Modern Trends in Graphic Design

Modern Trends in Design is the ninth article in the Ultimate Graphic and Web Design Basics Guide. It was meant for those looking to get their career started as designers, but also for those that are interested in the design process. Within the following series of the nine articles, and two “bonus tips” articles, we will cover everything you need to know to get started. Stay tuned for the following articles:

  1. The Basics of Graphic Design: What It Is, and What’s It For?
  2. Color Theory & Psychology
  3. Typography: How to choose the proper font
  4. Layout & Composition
  5. Photography in Graphic Design
  6. Branding & Logo Design
  7. How Graphic Design Translates into Web Design?
  8. User Experience – How to get it right?
  9. Modern Trends in Design
  10. Bonus tip: How to find your first gig
  11. Bonus tip: How to work with clients

Stay tuned for the full series!

Throughout our lives, we have been surrounded by graphic design, in adverts, art pieces, packaging, all over the internet. Graphic design isn’t something that popped up recently, its history is long, and it has gone through a number of trends during it. The trends that happened in graphic design were often a reflection of the current sentiment in society, and the way the designs were created changed with the advancements of technology.

No one can put an exact number on how many design trends emerged through history because only the most influential ones stay remembered; the others simply fall into oblivion. Some design trends had such a level of popularity that they stay remembered by the older generations to this day, just like we will remember the current popular design trends with nostalgia when they become just a part of design history.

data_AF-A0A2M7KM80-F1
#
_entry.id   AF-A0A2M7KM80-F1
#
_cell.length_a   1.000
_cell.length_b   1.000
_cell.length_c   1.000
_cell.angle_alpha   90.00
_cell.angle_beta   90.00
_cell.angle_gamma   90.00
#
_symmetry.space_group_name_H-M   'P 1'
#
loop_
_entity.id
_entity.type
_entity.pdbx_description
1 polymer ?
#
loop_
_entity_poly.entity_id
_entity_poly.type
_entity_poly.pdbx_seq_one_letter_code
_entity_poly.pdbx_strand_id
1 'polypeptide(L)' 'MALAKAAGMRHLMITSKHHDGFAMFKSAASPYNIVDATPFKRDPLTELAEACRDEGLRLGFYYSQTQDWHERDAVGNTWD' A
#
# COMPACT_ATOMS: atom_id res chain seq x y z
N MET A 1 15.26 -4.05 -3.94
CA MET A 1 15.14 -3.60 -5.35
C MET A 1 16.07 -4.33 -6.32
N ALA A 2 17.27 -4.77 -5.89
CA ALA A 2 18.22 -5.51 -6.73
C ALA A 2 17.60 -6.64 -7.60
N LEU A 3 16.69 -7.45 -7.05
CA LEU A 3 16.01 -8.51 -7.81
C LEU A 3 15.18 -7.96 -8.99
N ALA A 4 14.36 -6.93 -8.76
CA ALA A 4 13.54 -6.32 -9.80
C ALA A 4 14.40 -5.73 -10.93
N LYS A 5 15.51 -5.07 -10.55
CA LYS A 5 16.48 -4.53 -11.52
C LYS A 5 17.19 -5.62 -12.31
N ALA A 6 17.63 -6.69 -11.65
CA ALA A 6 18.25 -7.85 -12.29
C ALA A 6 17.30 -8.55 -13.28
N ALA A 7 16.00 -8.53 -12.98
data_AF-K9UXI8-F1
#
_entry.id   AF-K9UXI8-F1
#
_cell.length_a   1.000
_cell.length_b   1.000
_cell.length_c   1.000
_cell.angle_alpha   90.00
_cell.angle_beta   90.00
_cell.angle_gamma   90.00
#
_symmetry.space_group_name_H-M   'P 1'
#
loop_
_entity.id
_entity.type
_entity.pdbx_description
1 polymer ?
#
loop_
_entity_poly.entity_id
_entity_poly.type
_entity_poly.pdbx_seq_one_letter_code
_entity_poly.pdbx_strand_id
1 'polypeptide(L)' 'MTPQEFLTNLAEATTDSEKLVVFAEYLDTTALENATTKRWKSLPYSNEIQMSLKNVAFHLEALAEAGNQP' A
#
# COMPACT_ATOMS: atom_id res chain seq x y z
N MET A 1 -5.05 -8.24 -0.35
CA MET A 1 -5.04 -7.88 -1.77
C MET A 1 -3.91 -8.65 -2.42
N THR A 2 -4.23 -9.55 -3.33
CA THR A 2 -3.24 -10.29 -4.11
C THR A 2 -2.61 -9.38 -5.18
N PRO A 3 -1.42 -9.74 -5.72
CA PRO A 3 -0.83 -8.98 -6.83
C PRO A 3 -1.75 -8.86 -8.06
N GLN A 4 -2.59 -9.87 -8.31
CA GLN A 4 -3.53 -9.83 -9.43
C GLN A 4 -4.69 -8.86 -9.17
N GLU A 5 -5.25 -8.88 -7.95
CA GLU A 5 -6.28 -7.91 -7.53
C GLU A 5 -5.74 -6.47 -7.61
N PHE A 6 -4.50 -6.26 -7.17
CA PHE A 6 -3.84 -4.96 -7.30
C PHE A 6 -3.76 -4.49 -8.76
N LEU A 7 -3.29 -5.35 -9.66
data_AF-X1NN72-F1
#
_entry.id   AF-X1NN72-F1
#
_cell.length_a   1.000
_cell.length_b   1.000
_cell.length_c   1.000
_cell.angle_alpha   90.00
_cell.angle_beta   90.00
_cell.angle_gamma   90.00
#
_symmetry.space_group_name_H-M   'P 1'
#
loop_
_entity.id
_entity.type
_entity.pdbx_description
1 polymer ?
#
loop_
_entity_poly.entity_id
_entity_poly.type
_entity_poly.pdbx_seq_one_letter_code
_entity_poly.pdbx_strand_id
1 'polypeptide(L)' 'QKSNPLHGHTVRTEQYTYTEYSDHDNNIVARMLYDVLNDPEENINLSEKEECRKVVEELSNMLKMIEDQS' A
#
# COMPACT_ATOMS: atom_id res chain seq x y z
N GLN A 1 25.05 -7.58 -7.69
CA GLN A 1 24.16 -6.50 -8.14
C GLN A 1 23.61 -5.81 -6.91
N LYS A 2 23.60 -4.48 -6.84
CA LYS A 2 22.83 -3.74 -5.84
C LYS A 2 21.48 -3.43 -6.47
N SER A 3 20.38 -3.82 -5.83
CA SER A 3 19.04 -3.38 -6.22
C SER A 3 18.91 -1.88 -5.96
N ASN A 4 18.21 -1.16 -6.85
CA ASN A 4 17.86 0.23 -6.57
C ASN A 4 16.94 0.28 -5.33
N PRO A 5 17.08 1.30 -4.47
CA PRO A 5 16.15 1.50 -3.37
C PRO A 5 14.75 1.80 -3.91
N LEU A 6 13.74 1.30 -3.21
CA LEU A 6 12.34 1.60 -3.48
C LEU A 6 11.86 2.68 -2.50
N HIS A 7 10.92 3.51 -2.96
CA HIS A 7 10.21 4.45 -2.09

For business owners, it’s important to be familiar with design trends, so you know if you are keeping up and how you compare to your competitors. For graphic design artists, being educated on this matter help them better understand what the designers of the past and present were/are trying to communicate and using which design elements. In this article, we will go back in time and see which trends dominated through history, which trends reign supreme today, and which trends we can always fall back on.

Graphic design trends through history

Cave paintings

When I said the graphic design had a long history, I meant a really long history. Its roots can be found as far back as our caveman days. Cave paintings represent the first form of communication. It was clear communication using simple visuals, which usually depicted the everyday life of our ancestors.

cave painting

Sumerian written language

A language consisting of icons was the first form of a written language. The use of icons shows that humans have an instinct to express themselves visually, which explains why graphic design has such great importance for us.


Manuscripts were present in a lot of cultures. From ancient Rome, Egypt, to as far as China. They were graphic designs made up of texts and images. Manuscripts continued into the middle ages in both European cultures and the Islamic world. The Islamic world had a large use of calligraphy since the depiction of any religious figures is forbidden. Calligraphy was their way of adding artistic value to the manuscripts, and a chance for highly talented scholars to set themselves apart.

The start of printing

While everything mentioned thus far did serve as a foundation for graphic design, its pillars were set with the introduction of printing. The first mass-production printing machine was invented in China with a wooden relief printing technique. This enabled the creation of multiple copies of designs, texts, and images.

Printing in the industrial era